Burma: Dispatches From a Nightmare


In the wake of the devastation left by Cyclone Nargis in Burma, “huge sections of the Irrawaddy Delta lie cut off from the outside world,” writes Paul Danahar for the BBC in Southern Burma. “Monks are leading the cleaning-up process in the residential areas,” says one blogger in Rangoon. “No electricity means no water; a real crisis, and people don’t know whether to pray for rain (no roofs) or not for water.”

Below, more excerpts from this week’s world press coverage of the crisis.

Burma, burmadigest in Burma Digest blog:

Yangon is Ground Zero; there are no more big trees left…Army Battalion no. 11, 22 and 77 are clearing the big roads. Otherwise, it’s mostly kohtu kohta (self-help). Monks are leading the cleaning-up process in the residential areas…

No electricity means no water; a real crisis, and people don’t know whether to pray for rain (no roofs) or not for water…People are using water from Inya Lake….

Petrol was 10,000 kyats to the gallon yesterday (maybe less today, because the govt. petrol pumps are selling petrol today). Candles have gone up from 100 to 300 kyats for a medium-sized candle; chicken is 10,000 kyats to the viss; eggs are 280 kyats (100% increase); pebyoke (baked beans) is 400 kyats for 10 ticals (doubled price)…

Tin roofing has gone up from 5000 to 30,000 kyats. General labourers are charging 7000 kyats per day just to drag logs away…

Rangoon has gone backwards 20 years.

Germany, Jürgen Kremb in Der Spiegel:

The Burmese dissident had actually only intended to call to let SPIEGEL ONLINE know he was still alive, but his phone call sounded more like a cry of outrage.

He had spent hours dialing the telephone just to get a connection outside the country. If Burma’s ruling military junta discovered his call, they might have charged him with “subversive contact with foreigners” and punished him with a long prison sentence and torture.

“It looks like the end of the world here,” he shouted into the telephone when he finally got a call through to Singapore on Tuesday morning and could tell SPIEGEL ONLINE about the situation in Rangoon after Cyclone Nargis wreaked havoc on the city. “Everything is destroyed, we have no drinking water and nothing to eat. Tens of thousands must be dead. Hundreds of thousands are homeless.”

UK, Stephen McGinty in the Scotsman:

The helicopter, flying low over the paddy fields of the Irrawaddy delta, allowed the passengers on board a view down into a sodden hell. Scattered like grains of rice by the powerful winds of the cyclone and the destructive power of the tidal wave it whipped up, were the bodies of the lost—thousands upon thousands of men, women and children.

Yesterday, the death toll caused by cyclone Nargis, which hit Burma on Saturday at about noon, rose to 22,464, with a further 41,054 missing, according to the suspiciously precise figures of the country’s military dictatorship. Yet fears were growing last night that those who survived the hand of nature may still succumb to the clumsy fist of their government which, despite calling for global assistance, continued to hold back international aid agencies on its borders.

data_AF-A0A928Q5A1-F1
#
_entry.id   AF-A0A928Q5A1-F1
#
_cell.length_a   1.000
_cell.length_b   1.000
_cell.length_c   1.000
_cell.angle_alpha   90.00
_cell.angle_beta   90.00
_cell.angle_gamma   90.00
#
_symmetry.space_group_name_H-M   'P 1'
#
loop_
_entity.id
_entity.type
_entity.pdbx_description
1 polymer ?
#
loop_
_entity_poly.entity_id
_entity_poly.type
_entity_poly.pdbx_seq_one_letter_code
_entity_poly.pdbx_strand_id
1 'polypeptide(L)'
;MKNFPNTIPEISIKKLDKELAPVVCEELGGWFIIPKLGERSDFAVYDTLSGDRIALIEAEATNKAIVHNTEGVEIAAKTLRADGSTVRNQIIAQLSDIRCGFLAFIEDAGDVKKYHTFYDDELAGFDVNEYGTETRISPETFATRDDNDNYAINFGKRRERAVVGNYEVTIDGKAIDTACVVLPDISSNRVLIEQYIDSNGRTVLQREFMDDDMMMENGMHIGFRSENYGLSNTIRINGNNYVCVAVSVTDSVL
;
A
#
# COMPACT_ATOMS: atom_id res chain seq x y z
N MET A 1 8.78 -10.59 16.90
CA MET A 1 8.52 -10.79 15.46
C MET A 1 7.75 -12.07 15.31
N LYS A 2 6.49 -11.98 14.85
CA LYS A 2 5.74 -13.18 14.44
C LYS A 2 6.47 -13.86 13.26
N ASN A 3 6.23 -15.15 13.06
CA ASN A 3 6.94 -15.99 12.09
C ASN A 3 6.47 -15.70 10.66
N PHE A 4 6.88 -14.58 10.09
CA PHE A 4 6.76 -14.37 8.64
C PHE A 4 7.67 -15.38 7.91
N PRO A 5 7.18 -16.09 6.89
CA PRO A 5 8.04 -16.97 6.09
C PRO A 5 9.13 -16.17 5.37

Almost 60 years of suspicion towards the outside world will not be blown away overnight, but the effects of the worst cyclone since Bangladesh was struck in 1991, killing 138,000, may yet prise open the doors of this secretive nation now faced with a rising death toll and as many as three million people displaced by the disaster, according to Save The Children. The nation’s leaders appear to be hedging their bets, aware of the necessity of finding a way to provide the destitute with life-saving water, food, clothes and accommodation, but fearful of the future ramifications of opening their borders to agencies they previously dismissed as riddled with spies.

Yesterday, a single aid plane touched down in Rangoon, while across the world aid agencies remain wrapped up in red tape. The flight from friendly Thailand landed at Rangoon’s Mingaladon airport, but its £200,000 cargo of food, water and mosquito nets, brought in on a Royal Thai Air Force C130 was unlikely to make the slightest dent in the national catastrophe.

Thailand, Nophkhun Limsamarnphun in the Daily Express:

Burma’s Department of Meteorology and Hydrology was told of the formation of Cylcone Nargis a week in advance, but the country was not prepared to handle a disaster of this magnitude.

Bhichit Rattakul, executive director of Thailand-based Asian Disaster Preparedness Centre (ADPC), said yesterday that one of the first warnings came from the US Navy’s Joint Typhoon Warning Centre, which issued an alert on April 27…

According to Bhichit, a former science minister and Bangkok governor, the data were passed on to authorities in several countries in the region, including India and Burma.

Korea, Sean Turnell in the Korea Herald

So where do Burma’s generals hide all the money they keep away from the state’s budget? No one but the generals knows for sure. An inspection of the vaults of the country’s Foreign Trade Bank might be a good place to start, however, as well as those of some accommodatingly unscrupulous banks offshore.
Whatever the precise location of Burma’s riches, these hoards enable the junta to spend at its whim. A nuclear reactor, a new capital city, military pay increases—all of these and more have been on the menu of late.

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